Banks and other subsidiaries of holding companies (HoldCos) in the country have been prohibited from acquiring shares in their parent companies.
Also, subsidiaries of such holding companies were barred from acquiring shares of other subsidiaries of their parent holding companies.
The Central Bank of Nigeria (CBN) made these clarifications in a latest circular titled: “Guidelines for Licensing and Regulation of Financial Holding Companies in Nigeria,” obtained at the weekend.
However, it stated that a subsidiary acting as a nominee is at liberty to invest in any financial holding company on behalf of its clients. The CBN had repealed the universal banking guidelines and introduced a new banking model in 2010 as part of strategic initiatives to reposition the banking system.
The new banking model permits banks and banking groups to either divest non-core banking businesses or to retain same by evolving into a non-operating holding company structure.
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This subsidiary arrangement seeks to ring-fence depositors’ funds from risks inherent in non-core banking businesses.
The 27-page document also noted that for any holding company structure to emerge, there shall be at least, two subsidiaries with the focus of the conglomerate in the financial services sector.
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“The CBN may, by order, direct a financial holding company to divest from its banking subsidiary where, in the opinion of the CBN, the financial holding company is being run in a manner that is detrimental to the interest of depositors and/or other stakeholders of the banking subsidiary,” it warned.
But it pointed out that a HoldCo or any of its subsidiaries may, with the prior written approval of the CBN, provide shared services to the group in respect of information and communication technology; facilities (office accommodation including electricity, security and cleaning services in that accommodation); and legal services.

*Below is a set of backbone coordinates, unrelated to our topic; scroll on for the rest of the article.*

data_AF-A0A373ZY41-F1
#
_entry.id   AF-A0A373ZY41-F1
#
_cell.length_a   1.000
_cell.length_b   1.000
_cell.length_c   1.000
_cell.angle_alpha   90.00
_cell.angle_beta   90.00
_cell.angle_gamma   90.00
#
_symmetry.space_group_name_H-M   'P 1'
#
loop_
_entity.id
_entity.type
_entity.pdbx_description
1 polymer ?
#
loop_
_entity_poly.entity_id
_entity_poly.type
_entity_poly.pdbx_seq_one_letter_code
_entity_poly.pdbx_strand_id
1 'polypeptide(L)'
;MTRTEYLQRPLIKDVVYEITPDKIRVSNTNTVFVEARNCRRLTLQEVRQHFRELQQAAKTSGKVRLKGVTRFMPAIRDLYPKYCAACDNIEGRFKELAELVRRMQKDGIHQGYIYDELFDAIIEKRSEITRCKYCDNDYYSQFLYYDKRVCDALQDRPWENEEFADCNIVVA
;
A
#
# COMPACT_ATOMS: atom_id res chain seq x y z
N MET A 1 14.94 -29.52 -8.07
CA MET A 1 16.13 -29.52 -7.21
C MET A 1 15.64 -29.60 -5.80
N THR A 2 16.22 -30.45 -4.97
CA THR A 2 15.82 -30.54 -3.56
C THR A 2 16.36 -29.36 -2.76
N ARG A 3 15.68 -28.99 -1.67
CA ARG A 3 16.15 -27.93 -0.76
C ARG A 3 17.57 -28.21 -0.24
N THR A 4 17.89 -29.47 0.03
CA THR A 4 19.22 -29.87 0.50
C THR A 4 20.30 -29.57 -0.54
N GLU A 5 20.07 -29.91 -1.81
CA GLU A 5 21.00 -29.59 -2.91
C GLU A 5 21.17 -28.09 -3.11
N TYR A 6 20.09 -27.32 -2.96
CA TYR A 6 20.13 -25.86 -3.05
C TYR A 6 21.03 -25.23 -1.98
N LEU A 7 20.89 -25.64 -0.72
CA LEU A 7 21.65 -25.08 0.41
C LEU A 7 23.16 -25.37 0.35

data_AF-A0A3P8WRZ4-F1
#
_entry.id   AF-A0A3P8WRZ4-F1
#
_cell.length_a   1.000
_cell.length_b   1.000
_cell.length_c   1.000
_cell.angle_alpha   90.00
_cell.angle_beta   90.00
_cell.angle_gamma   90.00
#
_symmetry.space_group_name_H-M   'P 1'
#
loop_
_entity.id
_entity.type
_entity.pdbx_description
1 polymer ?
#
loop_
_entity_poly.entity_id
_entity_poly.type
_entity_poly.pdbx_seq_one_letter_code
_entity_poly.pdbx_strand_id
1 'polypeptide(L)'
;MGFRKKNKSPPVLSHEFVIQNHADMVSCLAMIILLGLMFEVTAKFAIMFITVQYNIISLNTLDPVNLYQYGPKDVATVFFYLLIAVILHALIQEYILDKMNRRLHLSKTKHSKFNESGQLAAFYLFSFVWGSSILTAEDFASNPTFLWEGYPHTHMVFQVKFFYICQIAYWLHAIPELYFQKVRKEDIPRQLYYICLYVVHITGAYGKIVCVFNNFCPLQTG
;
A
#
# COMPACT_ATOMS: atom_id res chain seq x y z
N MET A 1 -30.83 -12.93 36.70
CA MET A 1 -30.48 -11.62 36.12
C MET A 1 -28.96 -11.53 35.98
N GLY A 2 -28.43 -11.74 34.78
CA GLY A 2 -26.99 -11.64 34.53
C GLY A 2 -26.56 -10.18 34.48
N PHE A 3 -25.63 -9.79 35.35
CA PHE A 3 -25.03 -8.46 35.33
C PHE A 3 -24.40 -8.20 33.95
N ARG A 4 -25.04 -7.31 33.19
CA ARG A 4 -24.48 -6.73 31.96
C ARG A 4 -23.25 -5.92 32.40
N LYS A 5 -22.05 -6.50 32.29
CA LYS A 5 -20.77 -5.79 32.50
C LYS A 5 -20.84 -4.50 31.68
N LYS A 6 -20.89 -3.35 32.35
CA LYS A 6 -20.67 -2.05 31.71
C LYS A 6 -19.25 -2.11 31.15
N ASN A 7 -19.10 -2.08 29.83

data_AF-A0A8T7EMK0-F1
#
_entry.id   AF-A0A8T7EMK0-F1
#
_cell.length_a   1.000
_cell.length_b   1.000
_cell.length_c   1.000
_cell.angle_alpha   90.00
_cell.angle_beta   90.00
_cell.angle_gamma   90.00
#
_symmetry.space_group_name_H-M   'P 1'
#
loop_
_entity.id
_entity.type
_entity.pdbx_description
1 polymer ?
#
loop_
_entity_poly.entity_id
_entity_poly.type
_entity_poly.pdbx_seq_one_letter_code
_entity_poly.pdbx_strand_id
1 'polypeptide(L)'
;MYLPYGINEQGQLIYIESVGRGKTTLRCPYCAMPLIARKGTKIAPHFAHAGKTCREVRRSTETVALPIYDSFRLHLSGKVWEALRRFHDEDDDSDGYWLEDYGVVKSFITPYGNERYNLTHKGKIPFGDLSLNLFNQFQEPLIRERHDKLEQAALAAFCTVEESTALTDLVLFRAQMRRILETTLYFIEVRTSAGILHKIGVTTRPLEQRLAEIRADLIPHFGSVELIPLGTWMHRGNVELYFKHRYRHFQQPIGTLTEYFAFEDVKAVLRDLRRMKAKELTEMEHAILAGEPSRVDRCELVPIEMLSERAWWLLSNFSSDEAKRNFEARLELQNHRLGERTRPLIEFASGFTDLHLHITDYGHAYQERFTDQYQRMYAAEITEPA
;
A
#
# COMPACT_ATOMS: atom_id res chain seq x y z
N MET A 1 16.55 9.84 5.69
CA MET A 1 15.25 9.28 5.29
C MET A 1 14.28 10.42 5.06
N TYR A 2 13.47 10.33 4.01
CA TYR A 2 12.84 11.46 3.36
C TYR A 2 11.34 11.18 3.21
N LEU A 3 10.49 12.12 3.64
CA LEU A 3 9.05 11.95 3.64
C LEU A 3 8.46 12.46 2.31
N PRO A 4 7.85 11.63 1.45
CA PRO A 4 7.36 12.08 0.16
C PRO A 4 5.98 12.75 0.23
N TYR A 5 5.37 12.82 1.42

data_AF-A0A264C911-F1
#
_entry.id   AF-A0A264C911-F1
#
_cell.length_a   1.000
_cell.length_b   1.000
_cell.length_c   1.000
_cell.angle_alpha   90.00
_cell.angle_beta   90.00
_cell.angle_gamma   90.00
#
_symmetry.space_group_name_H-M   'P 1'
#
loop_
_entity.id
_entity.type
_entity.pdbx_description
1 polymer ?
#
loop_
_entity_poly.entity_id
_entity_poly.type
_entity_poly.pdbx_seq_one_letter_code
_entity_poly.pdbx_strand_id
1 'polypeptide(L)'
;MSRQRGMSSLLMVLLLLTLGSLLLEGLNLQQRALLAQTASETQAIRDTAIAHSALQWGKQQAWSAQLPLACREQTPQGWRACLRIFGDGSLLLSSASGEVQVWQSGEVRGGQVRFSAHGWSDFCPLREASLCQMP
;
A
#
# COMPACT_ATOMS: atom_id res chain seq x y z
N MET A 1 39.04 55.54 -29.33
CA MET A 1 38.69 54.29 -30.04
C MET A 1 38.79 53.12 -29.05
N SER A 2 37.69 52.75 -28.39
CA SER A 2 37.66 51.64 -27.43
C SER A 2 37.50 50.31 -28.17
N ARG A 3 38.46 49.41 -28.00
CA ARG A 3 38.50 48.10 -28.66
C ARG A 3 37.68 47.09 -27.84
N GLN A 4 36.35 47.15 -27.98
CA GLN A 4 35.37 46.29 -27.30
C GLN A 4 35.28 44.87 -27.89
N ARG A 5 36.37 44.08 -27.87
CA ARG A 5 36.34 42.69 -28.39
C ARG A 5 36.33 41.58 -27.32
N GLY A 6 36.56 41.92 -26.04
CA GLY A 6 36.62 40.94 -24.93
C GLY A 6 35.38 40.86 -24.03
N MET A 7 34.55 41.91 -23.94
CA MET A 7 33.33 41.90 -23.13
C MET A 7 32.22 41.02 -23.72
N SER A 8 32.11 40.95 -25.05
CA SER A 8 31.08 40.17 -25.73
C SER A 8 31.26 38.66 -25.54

But it stressed that such shared services should be provided at arm’s length, explaining that transactions in respect of such services should get the consent of the board of directors of the subsidiary Furthermore, it explained that a HoldCo is prohibited from investment in non-financial firms; establishing, divestment and closure of subsidiaries without the prior written approval of the CBN and/or any other relevant regulatory or supervisory authority, as the case may be, interfere in the day-to-day activities of the subsidiaries; be involved in credit administration and approval process of its subsidiaries; among others.
It also warned that no HoldCo should “engage in any transaction or maintain any business relationship with any of its subsidiaries, except such transaction is conducted at arm’s length.… borrow from the Nigerian banking system for the purpose of capitalising itself or any of its subsidiaries.”
It also noted that credit by a banking subsidiary to its holding company would be regarded as a return of capital and deducted from the capital of the bank in computing the bank’s capital adequacy ratio. “Any bank lending to subsidiaries within its holding company group would attract 100 per cent risk weight (if it is fully secured) otherwise it would be removed from the capital of the bank when computing capital adequacy ratio. The release added that “director or an insider-related party shall not borrow more than 10 per cent of the holding company’s paid up capital from the subsidiaries within the group, except with the prior approval of the CBN.”